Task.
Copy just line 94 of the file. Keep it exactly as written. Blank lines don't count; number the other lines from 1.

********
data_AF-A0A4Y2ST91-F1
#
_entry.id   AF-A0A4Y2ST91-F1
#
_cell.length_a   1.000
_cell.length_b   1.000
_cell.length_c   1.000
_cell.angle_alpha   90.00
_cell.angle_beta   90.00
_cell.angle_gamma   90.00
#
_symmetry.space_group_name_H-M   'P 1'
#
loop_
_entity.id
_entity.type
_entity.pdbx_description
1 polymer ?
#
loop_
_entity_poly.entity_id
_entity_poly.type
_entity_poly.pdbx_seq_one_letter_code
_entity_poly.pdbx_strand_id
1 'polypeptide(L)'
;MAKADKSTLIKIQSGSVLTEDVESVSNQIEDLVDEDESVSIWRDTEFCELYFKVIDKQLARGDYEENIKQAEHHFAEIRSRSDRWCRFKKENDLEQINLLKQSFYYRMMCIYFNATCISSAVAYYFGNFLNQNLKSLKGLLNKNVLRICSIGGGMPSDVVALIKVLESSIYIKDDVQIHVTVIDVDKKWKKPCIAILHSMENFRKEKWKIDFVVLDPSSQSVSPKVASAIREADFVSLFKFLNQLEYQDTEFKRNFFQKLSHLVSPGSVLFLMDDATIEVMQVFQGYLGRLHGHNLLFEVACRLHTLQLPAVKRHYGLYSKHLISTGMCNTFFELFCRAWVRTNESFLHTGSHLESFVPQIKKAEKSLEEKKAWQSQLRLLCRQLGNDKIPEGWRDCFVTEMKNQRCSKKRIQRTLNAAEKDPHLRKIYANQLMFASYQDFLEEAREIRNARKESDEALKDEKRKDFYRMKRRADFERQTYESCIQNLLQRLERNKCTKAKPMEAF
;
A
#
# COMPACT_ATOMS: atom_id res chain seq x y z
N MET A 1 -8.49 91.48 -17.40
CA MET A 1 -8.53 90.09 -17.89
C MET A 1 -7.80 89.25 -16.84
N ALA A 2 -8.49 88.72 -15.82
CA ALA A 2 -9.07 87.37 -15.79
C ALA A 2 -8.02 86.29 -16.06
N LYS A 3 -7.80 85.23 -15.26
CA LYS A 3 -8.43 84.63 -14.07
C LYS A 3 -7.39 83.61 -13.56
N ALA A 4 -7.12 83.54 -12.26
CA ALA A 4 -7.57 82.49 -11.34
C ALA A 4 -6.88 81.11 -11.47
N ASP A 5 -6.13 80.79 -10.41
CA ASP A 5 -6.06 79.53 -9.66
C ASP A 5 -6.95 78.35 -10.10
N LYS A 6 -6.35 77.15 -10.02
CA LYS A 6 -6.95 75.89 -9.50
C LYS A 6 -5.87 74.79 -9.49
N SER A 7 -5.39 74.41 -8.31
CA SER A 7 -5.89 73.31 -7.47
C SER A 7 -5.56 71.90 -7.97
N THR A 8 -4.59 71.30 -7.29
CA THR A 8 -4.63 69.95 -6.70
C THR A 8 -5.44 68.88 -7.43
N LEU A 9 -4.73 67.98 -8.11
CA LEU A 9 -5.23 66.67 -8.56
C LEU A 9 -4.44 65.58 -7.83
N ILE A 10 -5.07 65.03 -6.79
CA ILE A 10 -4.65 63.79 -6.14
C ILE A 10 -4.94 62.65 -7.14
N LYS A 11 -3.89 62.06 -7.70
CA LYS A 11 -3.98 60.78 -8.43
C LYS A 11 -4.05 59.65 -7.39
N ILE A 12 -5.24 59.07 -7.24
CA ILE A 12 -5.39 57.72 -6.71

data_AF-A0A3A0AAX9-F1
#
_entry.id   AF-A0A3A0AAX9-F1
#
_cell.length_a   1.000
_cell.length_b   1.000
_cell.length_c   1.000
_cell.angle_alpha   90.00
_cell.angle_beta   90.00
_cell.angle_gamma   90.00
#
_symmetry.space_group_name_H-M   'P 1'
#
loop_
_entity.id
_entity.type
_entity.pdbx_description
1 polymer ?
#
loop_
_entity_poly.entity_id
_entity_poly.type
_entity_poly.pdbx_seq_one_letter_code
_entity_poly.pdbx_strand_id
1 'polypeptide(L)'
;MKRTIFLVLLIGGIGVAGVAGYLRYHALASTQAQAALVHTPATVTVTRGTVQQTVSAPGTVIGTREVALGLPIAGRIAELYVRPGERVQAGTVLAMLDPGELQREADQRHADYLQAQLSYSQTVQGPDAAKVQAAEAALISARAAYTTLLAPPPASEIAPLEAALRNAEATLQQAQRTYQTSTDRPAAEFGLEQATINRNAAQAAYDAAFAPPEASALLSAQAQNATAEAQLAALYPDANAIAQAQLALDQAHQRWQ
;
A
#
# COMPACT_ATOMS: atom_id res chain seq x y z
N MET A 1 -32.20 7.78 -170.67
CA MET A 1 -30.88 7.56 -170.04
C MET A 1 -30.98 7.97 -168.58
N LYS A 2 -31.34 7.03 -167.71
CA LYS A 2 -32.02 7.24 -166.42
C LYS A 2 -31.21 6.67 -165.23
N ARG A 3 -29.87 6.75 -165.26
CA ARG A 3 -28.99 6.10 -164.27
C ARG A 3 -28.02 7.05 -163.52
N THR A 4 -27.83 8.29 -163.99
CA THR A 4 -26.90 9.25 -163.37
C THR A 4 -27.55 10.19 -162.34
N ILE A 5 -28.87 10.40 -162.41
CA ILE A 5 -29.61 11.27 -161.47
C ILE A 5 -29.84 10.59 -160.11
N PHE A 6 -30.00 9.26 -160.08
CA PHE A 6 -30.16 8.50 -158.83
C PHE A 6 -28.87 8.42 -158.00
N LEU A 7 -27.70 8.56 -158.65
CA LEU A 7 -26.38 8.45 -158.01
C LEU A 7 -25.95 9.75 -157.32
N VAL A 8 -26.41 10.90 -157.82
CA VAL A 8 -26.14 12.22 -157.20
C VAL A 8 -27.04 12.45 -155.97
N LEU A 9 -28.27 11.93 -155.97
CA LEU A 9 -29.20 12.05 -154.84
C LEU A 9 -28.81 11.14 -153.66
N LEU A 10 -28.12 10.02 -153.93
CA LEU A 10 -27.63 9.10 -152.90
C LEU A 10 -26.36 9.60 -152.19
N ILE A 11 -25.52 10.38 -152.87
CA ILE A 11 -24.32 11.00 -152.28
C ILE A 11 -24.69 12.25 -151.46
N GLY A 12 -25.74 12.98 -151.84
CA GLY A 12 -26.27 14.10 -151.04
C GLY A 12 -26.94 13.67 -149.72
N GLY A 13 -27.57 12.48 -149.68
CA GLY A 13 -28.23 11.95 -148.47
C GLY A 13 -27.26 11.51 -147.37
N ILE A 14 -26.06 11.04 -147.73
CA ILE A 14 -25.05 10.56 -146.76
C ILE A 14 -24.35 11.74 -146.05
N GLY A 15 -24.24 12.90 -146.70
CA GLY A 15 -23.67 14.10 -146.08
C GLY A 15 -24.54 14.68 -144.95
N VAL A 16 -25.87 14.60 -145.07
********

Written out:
#